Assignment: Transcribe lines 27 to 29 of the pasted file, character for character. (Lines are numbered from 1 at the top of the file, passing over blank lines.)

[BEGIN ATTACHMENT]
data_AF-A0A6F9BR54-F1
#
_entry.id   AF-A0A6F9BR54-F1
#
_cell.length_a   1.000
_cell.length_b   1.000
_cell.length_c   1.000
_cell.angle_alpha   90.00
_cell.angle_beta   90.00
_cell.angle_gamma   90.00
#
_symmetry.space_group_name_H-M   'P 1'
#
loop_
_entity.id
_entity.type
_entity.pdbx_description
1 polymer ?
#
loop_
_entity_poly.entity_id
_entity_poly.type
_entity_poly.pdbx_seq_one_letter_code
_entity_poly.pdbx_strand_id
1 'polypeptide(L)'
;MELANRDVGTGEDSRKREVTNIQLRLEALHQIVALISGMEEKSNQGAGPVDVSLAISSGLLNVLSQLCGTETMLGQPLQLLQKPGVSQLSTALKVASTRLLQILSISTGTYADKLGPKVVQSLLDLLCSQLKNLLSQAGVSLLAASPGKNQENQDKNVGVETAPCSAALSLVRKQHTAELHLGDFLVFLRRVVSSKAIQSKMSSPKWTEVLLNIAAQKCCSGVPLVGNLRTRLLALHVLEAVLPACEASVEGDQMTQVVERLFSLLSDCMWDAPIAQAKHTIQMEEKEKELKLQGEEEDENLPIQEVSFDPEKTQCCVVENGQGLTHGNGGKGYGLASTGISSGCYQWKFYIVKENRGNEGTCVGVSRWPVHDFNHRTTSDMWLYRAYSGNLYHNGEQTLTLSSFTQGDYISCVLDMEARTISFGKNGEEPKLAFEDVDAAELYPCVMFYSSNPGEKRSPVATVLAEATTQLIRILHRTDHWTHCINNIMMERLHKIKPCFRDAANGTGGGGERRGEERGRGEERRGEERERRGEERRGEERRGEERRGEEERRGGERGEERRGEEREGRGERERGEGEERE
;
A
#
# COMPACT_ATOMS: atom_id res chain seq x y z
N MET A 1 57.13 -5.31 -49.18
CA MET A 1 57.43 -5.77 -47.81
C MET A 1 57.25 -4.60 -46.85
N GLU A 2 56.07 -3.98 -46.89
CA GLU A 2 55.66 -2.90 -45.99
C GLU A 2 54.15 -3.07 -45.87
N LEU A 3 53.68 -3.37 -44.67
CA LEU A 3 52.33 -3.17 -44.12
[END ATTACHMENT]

;
A
#